Some tours involve a fair amount of walking, which is always outlined in the previous day's briefing. However, if passengers have mobility issues, the CEO will organize transport on a tuk-tuk -- the Asian motorized scooter -- where practical.
Excursions are flexible and personalized, so if passengers spot something they want to see along the way, this will be accommodated if possible. For example, one day of our cruise coincided with a women's festival and the tender boat made a detour so we could stop off and go see it.
Complimentary bottled water is provided on shore excursions.
Daytime and Evening Entertainment
On off-the-beaten-track expedition-style river cruises, there is even less organized entertainment than cruises in popular destinations such as Europe. The ever-changing scenery and shore excursions are the main attraction on the Varuna.
After we commented on the intricate napkins and the tasty onboard cuisine, the cruise manager organized an impromptu napkin folding class with a cooking class, complete with a printed recipe to take home, the following morning. Another day our CEO did henna hand painting in return for a donation to Planeterra.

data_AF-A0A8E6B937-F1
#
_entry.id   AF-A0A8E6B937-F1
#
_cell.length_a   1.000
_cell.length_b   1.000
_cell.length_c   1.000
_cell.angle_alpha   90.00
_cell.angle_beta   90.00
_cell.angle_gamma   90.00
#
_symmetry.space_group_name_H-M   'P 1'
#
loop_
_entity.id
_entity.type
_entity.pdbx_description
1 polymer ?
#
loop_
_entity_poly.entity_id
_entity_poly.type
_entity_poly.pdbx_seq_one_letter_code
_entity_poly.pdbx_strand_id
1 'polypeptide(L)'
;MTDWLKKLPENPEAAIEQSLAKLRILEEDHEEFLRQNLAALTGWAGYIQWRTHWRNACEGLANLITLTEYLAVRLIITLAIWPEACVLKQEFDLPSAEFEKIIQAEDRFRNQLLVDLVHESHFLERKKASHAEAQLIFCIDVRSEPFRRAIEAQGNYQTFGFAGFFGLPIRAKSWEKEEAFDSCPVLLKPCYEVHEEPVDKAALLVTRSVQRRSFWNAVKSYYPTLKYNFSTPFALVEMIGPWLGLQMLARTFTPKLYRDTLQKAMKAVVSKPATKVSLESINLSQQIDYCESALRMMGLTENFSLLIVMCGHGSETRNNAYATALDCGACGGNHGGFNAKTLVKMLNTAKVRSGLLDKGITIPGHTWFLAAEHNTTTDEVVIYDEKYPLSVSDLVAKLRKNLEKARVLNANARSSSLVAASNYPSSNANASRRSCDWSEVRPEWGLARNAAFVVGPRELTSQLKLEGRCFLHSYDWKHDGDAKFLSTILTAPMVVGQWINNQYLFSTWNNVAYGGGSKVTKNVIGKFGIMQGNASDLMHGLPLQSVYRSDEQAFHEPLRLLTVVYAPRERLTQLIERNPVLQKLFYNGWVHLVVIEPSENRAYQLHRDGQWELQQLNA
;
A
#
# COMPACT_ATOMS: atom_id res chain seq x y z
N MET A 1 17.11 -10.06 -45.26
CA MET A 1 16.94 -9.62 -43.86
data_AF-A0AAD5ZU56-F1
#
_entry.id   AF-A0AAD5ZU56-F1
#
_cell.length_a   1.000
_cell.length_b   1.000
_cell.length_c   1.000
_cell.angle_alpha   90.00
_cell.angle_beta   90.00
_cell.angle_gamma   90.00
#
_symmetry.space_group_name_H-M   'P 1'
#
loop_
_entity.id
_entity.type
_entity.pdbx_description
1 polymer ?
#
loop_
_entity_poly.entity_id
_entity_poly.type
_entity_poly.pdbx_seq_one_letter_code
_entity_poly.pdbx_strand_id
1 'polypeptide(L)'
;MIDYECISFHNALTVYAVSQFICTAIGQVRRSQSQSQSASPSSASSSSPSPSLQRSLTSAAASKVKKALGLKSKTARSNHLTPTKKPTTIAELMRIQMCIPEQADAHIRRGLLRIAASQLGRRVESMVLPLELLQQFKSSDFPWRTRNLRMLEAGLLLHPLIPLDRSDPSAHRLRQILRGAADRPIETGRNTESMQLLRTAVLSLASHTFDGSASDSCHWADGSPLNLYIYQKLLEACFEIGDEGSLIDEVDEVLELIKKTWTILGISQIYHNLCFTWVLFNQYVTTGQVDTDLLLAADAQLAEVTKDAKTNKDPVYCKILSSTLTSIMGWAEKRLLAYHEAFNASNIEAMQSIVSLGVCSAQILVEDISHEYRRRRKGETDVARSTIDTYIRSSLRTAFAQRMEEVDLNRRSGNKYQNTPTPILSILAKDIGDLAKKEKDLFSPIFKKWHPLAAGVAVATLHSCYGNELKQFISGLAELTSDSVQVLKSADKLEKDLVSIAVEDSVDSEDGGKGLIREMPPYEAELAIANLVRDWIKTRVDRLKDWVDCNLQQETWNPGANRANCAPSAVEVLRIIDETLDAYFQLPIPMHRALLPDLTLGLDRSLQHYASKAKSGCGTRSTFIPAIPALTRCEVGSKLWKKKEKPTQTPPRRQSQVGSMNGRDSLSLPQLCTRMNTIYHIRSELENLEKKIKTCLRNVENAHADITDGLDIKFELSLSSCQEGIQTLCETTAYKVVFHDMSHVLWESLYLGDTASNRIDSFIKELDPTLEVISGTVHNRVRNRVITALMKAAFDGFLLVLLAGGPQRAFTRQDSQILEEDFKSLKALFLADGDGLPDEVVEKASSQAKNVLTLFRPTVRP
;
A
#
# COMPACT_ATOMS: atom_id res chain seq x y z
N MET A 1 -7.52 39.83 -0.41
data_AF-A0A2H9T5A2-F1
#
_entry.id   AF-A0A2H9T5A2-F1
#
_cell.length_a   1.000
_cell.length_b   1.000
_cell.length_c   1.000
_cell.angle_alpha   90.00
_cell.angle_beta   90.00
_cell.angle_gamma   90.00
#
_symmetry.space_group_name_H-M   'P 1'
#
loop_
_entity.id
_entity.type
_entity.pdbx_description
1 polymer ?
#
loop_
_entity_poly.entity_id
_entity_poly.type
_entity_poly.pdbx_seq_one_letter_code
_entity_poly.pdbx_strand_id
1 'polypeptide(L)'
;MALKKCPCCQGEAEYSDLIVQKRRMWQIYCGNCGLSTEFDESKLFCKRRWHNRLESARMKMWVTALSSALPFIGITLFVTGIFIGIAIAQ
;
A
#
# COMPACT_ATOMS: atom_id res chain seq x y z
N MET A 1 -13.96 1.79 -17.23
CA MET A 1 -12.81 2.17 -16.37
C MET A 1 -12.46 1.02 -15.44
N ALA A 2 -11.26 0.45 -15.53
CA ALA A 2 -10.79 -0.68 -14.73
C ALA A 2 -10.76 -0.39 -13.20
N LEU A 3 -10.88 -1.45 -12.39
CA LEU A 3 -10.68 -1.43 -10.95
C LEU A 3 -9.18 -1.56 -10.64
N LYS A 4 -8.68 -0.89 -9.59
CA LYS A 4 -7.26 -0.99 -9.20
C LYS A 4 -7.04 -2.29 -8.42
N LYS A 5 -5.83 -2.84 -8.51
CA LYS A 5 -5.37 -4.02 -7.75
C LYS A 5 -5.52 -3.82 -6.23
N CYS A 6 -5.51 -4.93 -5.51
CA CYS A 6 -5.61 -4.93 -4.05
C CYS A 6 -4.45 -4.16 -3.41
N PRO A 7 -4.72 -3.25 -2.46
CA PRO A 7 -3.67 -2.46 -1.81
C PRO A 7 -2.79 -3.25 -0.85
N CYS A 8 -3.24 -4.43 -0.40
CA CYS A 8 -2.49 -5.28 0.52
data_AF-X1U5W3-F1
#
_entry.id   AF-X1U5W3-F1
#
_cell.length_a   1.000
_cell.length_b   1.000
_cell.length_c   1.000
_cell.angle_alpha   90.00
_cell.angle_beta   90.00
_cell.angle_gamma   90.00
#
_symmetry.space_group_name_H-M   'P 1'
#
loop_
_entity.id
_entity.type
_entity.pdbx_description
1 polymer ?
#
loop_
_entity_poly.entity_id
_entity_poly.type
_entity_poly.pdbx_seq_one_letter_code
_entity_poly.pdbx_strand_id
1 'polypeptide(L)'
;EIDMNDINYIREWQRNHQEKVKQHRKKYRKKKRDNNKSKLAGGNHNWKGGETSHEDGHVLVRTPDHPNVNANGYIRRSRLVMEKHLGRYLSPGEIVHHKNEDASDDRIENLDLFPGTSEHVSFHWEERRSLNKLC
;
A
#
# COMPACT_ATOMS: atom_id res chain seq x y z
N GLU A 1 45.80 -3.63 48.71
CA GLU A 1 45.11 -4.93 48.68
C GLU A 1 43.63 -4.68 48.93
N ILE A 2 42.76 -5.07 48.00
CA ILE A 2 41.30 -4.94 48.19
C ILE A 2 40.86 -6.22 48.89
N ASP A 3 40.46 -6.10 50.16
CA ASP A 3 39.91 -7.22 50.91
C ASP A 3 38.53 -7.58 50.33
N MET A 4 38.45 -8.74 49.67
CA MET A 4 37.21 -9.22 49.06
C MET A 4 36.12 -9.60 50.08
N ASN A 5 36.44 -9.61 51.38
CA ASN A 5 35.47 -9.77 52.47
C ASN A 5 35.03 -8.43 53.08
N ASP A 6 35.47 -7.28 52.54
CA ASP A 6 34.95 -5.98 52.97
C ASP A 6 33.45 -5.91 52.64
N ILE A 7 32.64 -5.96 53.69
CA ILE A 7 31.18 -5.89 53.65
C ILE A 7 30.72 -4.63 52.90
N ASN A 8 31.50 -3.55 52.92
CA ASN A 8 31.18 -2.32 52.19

On some nights, unannounced surprise acts come aboard to perform on the Sun Deck before dinner. During our cruise, they included a magic act from a local teenager training to be an engineer. He originally stood by the dockside in Murshidabad doing magic tricks for Varuna passengers in exchange for "selfies." This proved so popular that the ship invited him to perform onboard. At another port of call, a troupe of Indian musicians and dancers performed traditional and contemporary song and dance routines.